Judith Deschamps 4/4 : The Molt

Artistic Residencies : The Blog

This is the nature of research, whether artistic or scientific, and perhaps what makes it so fascinating: we know what we are looking for, much more rarely what we will find. In this case, during her artistic research residency at Ircam, Judith Deschamps was surprised by an ambition she had never really had before: to make a film. This is how La Mue was born a perfectly unexpected videographic tale, a new "moult" of the project still in progress.

When she arrived in the basement of Ircam to carry out the project she had been dreaming of for so many years - recreating Geminiano Giacomelli's aria Quell'usignolo che innamorato, which Farinelli was able to sing to King Philip V of Spain - Judith Deschamps certainly had a small idea (partial, no doubt, but a small idea nonetheless) of what it would involve: She was aware of the long and laborious work that awaited her with the scientists of the institute, she imagined that she would have to immerse herself in all this business of artificial intelligence and deep learning, she also suspected that she would have to deal with the musical aspects of the score to manage the multiple recording sessions as well as possible and to take hold of the material that the machine would provide her . However, what she did not expect was the richness of the human encounters that accompanied the process: with the researchers at Ircam and the singers.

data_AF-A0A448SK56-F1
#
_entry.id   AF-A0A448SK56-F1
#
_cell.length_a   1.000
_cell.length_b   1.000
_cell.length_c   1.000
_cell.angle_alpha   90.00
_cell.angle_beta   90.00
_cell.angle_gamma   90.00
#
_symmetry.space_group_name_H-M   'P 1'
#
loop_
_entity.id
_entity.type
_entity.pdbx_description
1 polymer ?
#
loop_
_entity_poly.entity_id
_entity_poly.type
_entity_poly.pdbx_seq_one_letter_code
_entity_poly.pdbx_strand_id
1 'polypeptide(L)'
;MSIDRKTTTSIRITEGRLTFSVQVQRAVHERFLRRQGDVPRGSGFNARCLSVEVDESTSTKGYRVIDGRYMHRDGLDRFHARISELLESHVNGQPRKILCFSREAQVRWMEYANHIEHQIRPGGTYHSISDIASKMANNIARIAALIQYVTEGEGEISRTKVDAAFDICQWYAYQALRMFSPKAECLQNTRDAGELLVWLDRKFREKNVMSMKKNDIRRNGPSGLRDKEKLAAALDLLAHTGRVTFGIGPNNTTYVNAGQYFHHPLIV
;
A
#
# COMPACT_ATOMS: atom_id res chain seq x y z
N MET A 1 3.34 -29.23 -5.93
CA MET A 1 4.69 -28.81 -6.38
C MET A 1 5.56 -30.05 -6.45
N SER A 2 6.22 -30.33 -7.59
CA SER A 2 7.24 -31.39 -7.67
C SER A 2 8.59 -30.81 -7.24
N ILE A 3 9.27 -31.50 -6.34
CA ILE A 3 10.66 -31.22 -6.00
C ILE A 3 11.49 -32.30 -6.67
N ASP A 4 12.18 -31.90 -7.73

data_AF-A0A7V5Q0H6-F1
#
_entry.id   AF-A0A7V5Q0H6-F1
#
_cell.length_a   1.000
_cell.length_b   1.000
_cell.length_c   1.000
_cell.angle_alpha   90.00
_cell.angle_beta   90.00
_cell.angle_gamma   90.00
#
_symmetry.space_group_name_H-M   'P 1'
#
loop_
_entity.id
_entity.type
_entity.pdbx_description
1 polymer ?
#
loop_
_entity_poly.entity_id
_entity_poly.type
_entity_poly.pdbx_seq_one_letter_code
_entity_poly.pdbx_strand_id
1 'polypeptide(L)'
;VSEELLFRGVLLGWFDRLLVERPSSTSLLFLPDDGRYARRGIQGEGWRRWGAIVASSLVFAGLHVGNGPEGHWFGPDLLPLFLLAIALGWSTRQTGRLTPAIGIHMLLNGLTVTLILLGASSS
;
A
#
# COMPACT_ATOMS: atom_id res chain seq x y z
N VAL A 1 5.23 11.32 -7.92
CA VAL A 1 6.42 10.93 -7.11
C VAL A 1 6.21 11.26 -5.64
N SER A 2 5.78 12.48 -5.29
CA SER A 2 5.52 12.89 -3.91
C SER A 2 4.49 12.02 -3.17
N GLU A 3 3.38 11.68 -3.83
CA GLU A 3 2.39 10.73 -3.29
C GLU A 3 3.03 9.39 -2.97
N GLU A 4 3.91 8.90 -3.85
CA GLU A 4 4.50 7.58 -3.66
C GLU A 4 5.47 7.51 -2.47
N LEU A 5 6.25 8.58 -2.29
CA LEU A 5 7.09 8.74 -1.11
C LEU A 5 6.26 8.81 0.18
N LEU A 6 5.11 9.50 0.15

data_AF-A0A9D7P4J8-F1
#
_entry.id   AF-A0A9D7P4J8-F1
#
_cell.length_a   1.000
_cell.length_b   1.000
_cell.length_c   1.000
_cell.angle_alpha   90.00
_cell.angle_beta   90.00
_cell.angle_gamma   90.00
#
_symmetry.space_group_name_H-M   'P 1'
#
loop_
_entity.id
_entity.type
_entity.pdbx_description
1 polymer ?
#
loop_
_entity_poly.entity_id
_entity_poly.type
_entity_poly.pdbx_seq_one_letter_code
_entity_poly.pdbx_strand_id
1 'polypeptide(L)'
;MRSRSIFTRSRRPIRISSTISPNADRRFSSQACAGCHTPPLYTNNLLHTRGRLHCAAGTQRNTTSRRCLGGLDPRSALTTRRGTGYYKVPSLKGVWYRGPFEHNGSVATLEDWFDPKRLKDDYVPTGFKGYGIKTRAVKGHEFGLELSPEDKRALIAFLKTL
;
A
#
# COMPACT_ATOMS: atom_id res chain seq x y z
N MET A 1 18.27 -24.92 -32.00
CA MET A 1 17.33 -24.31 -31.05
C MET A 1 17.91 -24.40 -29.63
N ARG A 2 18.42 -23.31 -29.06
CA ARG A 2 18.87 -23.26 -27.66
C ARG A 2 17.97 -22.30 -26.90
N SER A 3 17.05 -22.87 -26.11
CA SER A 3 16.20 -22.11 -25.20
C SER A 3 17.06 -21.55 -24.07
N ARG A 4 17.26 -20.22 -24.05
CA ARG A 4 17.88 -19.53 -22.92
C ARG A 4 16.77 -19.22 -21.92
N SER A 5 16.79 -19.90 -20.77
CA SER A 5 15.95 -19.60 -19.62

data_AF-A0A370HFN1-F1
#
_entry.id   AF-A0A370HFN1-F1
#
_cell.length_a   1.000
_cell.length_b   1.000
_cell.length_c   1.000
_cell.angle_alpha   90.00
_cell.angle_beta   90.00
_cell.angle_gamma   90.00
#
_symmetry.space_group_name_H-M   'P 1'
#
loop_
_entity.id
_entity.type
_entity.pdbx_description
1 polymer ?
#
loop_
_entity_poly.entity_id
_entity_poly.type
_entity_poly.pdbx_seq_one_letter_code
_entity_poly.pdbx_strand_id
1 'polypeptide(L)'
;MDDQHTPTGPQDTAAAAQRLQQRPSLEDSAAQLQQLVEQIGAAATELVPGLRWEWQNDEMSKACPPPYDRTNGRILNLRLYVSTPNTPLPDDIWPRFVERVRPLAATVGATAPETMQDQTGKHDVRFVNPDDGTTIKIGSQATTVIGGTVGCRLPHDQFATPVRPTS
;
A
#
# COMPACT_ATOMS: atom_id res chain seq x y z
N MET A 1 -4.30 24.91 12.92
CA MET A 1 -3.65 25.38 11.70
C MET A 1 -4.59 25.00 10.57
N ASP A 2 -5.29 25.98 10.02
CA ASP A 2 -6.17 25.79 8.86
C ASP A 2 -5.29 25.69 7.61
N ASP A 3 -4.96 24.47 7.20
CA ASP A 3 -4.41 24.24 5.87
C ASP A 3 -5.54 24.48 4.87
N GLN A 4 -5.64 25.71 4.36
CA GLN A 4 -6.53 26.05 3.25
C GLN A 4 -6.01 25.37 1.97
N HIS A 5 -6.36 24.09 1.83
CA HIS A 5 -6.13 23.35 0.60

©Judith Deschamps

“I was really touched by these encounters and with them, certain intimate stories such as the story of Farinelli and the very nature of the project aroused in the people I was in contact with on a daily basis," recalls Judith Deschamps, "stories and voices that are no longer audible in the song that we are recreating in my artistic research residency. As Emmanuel Levinas would say, these encounters and these faces 'burst in'.

They displaced me and transformed the original intentions of the project. Moreover, the world of Ircam inspired me - this underground world, a little secretive, criss-crossed with corridors and passages, with its laboratories, its studios, its hushed offices...".

Thus was born the idea of a film, still in production, which takes the form of a videographic tale. A tale that could almost be described as picaresque: by revisiting the story of the castrato and the monarch, the film elliptically retraces the history of the project itself (this "moulting" by the AI, of all the voices it feeds on to recreate Farinelli's aria). In so doing, the narrative detaches itself from reality in order to better focus on the stories of its protagonists.

©Judith Deschamps

The figure of Farinelli - like that of the king, moreover, and their astonishing relationship - becomes an empty shell into which each of them interferes and projects his or her own experience, his or her own "moult", sending the spectator back to the deep philosophical questions Judith Deschamps has been working on  since her beginnings: the relationship to change and to the transformation of the body, up to its ultimate passage from life to death.

By staging different moults," concludes Judith Deschamps, "I am taking the opposite view of the mortifying vision that transhumanism holds today, and the illusory technological improvements that this trend of thought aspires to bring to humans.

©Judith Deschamps